Hymn to a Tired Man uses a flashback narrative to reflect on war and its aftermath. A mild-mannered office worker is driven to recall his past when his son falls in love with the daughter of the commanding officer under whom he served during World War II. Memories of abusive discipline resurface throwing the former soldier’s relatively quiet postwar life into turmoil. Kobayashi offers an unsparing indictment of the lack of accountability for the scars of battle.
Soon after the disparate yet compatible Naoya and Katsuhiro start to settle into a relationship, a slightly unhinged young woman named Asako asks Katsuhiro to father her child. While the couple navigate the implications of this unexpected proposal, they are forced to confront their conflicting understandings of what it means to be gay and in a committed relationship. A landmark work of LGBTQ Japanese cinema by pioneering director Ryosuke Hashiguchi, Hush! humorously and poignantly upends the traditional Japanese genre of the family drama to offer a deeply human story about three people doing their best to be true to themselves.
In her brother’s apartment where he died, Yuki finds a vacuum cleaner with its cord still hooked up to the outlet. She discovers that the circumstances surrounding her brother’s supposed suicide are sketchy at best, yet no one has any answers. When she starts having hallucinations involving his ghost, however, she seeks some psychological help, eventually uncovering some things that she may have wished she’d left covered.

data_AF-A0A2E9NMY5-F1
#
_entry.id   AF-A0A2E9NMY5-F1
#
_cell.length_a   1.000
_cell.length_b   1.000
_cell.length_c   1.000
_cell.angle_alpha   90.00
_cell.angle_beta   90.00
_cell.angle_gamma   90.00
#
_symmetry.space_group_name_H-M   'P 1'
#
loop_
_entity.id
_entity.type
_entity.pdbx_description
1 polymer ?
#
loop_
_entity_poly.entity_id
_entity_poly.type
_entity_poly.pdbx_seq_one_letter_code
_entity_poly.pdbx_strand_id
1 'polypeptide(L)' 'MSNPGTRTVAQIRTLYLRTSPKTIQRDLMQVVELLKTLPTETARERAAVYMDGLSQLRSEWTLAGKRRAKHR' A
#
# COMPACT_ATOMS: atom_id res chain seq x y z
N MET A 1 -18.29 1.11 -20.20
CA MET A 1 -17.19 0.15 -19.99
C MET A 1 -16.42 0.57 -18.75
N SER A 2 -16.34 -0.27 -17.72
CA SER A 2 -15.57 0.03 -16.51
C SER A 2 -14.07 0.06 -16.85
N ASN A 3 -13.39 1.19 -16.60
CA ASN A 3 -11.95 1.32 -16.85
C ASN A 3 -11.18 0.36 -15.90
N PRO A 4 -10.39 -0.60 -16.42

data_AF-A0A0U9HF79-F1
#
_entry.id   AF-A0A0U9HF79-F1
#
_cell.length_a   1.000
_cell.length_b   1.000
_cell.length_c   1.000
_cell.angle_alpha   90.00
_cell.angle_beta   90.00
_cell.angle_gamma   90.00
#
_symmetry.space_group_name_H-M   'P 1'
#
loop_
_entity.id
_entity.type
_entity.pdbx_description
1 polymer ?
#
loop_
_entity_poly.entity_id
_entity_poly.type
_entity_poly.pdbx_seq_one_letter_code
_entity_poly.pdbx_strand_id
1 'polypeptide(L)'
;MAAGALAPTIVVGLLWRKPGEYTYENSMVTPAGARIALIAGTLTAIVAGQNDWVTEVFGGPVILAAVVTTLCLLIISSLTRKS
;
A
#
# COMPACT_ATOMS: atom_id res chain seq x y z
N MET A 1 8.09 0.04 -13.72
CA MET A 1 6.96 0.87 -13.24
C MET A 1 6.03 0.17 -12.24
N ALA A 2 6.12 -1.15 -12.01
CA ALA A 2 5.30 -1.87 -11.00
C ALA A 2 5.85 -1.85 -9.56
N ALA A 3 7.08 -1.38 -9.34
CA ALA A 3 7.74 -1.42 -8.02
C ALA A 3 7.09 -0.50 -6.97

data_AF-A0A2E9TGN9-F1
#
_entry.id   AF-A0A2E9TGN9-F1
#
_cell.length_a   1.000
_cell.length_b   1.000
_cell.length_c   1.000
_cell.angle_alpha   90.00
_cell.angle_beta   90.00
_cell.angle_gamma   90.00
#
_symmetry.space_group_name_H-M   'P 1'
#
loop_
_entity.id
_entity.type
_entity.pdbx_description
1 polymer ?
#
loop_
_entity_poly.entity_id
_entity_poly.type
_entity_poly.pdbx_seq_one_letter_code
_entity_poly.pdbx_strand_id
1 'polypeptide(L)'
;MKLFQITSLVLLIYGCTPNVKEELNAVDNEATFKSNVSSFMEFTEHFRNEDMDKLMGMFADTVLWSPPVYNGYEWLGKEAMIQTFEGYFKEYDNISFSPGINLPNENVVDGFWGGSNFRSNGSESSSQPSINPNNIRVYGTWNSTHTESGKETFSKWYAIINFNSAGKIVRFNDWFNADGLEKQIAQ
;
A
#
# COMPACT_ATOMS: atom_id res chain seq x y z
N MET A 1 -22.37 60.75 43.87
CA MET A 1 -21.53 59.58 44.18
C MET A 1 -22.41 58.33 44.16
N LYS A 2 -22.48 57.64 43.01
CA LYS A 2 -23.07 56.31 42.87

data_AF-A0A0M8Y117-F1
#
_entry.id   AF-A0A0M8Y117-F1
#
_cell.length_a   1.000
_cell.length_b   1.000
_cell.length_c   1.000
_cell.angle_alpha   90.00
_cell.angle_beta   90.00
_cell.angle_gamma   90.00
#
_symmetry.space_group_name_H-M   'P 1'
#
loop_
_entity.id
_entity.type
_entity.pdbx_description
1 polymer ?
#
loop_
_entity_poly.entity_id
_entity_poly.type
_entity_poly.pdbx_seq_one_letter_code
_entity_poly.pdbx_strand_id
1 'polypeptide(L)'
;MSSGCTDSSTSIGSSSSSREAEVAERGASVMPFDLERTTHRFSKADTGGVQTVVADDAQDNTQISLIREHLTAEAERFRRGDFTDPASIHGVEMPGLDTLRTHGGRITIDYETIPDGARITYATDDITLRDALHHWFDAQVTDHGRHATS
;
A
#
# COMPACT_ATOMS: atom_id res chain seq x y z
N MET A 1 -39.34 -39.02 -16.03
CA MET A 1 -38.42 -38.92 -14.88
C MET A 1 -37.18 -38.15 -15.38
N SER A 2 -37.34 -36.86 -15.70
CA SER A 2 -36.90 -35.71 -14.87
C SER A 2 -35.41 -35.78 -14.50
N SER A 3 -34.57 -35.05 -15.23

The first of Kawashima’s Daiei Studio collaborations with Wakao centers on the life of a Tokyo geisha named Koen and her relationships with various men. Starting out with no singing or dancing talents, the young, free-spirited Koen is initially eager to please and happy to do what she is told. With time and experience, however, she gradually begins to notice a change in herself and questions what she wants out of life. Played with subtle shifts in emotion, Wakao’s delicate performance earned her the Kinema Junpo Award and Blue Ribbon Award for Best Actress.
The hero is Toshio Kanbe, a middle-aged salaryman with a typical family (wife, two teenage children), living quietly in a provincial city (Matsumoto, Nagano Prefecture), who wakes up one morning in the summer of 1994 to find himself the prime suspect in the biggest mass-murder case of the decade. Someone, somehow, released clouds of poison gas that killed seven and sickened nearly 600 people in his apartment building and neighborhood.
Brian Anderson is an Army medic serving in Vietnam during the war who begins his service with an attitude of looking out only for himself. But to fulfill a promise to a friend who was killed in action, Brian agrees to work in a local orphanage. He gradually becomes so devoted to the children there that he risks his life and career in order to protect them.
Hani Susumu’s Inferno of First Love, is a brilliant, unforgettable, and sensitive film. Working from a script by playwright, and experimental filmmaker, Terayama Shuji, Hani’s film captures Shun, an orphan, who falls in love with a pretty young nude model named Nanami, with his sexual inadequacies, problem childhood, and coming of age. Examining Shun, we see the reality of child molestation, with deep scars that ripple into adulthood, exposing the twin monsters of repression and inadequacy looming overhead. Shun’s complex relationship with his parents, Nanami, and a young girl named Momi he befriends, eventually lead to disaster, as society closes in, so does fate.
As her husband Eiichi becomes more entangled in his life as businessman, Naoko looks for ways to expand her own life even as her husband’s life shrinks in scope and intimacy. She finds new interests, new love, and a greater sense of her place in the world.